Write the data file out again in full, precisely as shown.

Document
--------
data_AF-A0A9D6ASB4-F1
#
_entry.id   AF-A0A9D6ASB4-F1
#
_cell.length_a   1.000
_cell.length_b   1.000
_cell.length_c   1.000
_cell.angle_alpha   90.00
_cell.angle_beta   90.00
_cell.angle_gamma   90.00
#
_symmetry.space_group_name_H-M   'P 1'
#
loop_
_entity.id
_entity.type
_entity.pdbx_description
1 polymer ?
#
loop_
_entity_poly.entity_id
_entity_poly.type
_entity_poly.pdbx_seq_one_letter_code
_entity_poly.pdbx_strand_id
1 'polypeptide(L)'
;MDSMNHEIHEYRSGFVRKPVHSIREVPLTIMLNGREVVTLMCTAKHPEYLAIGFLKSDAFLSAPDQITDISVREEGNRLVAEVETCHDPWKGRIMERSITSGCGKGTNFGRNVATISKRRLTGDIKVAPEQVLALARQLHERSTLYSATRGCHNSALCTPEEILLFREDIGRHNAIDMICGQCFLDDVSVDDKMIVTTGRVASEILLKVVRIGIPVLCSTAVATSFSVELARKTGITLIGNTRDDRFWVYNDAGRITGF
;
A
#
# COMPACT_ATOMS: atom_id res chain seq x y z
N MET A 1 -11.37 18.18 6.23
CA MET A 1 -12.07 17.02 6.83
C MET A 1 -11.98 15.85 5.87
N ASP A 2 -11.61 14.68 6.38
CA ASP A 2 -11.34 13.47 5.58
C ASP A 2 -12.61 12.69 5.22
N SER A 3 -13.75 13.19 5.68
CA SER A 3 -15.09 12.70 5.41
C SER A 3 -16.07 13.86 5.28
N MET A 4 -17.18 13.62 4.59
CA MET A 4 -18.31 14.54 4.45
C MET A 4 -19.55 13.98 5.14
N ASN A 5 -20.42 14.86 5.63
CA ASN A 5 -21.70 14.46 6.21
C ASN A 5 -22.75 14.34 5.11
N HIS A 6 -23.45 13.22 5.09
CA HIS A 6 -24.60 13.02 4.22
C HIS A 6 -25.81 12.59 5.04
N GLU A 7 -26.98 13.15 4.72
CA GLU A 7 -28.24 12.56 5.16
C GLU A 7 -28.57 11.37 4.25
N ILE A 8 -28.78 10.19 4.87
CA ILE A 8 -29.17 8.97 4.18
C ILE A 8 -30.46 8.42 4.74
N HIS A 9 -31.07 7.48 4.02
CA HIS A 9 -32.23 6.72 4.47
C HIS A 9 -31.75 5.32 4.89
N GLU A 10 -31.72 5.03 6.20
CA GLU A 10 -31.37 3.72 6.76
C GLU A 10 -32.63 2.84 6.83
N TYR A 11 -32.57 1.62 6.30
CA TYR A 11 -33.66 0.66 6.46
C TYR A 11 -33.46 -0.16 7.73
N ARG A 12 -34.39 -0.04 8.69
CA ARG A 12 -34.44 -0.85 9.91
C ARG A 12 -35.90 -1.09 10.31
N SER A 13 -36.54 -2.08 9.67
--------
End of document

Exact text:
data_AF-A0A9D6ASB4-F1
#
_entry.id   AF-A0A9D6ASB4-F1
#
_cell.length_a   1.000
_cell.length_b   1.000
_cell.length_c   1.000
_cell.angle_alpha   90.00
_cell.angle_beta   90.00
_cell.angle_gamma   90.00
#
_symmetry.space_group_name_H-M   'P 1'
#
loop_
_entity.id
_entity.type
_entity.pdbx_description
1 polymer ?
#
loop_
_entity_poly.entity_id
_entity_poly.type
_entity_poly.pdbx_seq_one_letter_code
_entity_poly.pdbx_strand_id
1 'polypeptide(L)'
;MDSMNHEIHEYRSGFVRKPVHSIREVPLTIMLNGREVVTLMCTAKHPEYLAIGFLKSDAFLSAPDQITDISVREEGNRLVAEVETCHDPWKGRIMERSITSGCGKGTNFGRNVATISKRRLTGDIKVAPEQVLALARQLHERSTLYSATRGCHNSALCTPEEILLFREDIGRHNAIDMICGQCFLDDVSVDDKMIVTTGRVASEILLKVVRIGIPVLCSTAVATSFSVELARKTGITLIGNTRDDRFWVYNDAGRITGF
;
A
#
# COMPACT_ATOMS: atom_id res chain seq x y z
N MET A 1 -11.37 18.18 6.23
CA MET A 1 -12.07 17.02 6.83
C MET A 1 -11.98 15.85 5.87
N ASP A 2 -11.61 14.68 6.38
CA ASP A 2 -11.34 13.47 5.58
C ASP A 2 -12.61 12.69 5.22
N SER A 3 -13.75 13.19 5.68
CA SER A 3 -15.09 12.70 5.41
C SER A 3 -16.07 13.86 5.28
N MET A 4 -17.18 13.62 4.59
CA MET A 4 -18.31 14.54 4.45
C MET A 4 -19.55 13.98 5.14
N ASN A 5 -20.42 14.86 5.63
CA ASN A 5 -21.70 14.46 6.21
C ASN A 5 -22.75 14.34 5.11
N HIS A 6 -23.45 13.22 5.09
CA HIS A 6 -24.60 13.02 4.22
C HIS A 6 -25.81 12.59 5.04
N GLU A 7 -26.98 13.15 4.72
CA GLU A 7 -28.24 12.56 5.16
C GLU A 7 -28.57 11.37 4.25
N ILE A 8 -28.78 10.19 4.87
CA ILE A 8 -29.17 8.97 4.18
C ILE A 8 -30.46 8.42 4.74
N HIS A 9 -31.07 7.48 4.02
CA HIS A 9 -32.23 6.72 4.47
C HIS A 9 -31.75 5.32 4.89
N GLU A 10 -31.72 5.03 6.20
CA GLU A 10 -31.37 3.72 6.76
C GLU A 10 -32.63 2.84 6.83
N TYR A 11 -32.57 1.62 6.30
CA TYR A 11 -33.66 0.66 6.46
C TYR A 11 -33.46 -0.16 7.73
N ARG A 12 -34.39 -0.04 8.69
CA ARG A 12 -34.44 -0.85 9.91
C ARG A 12 -35.90 -1.09 10.31
N SER A 13 -36.54 -2.08 9.67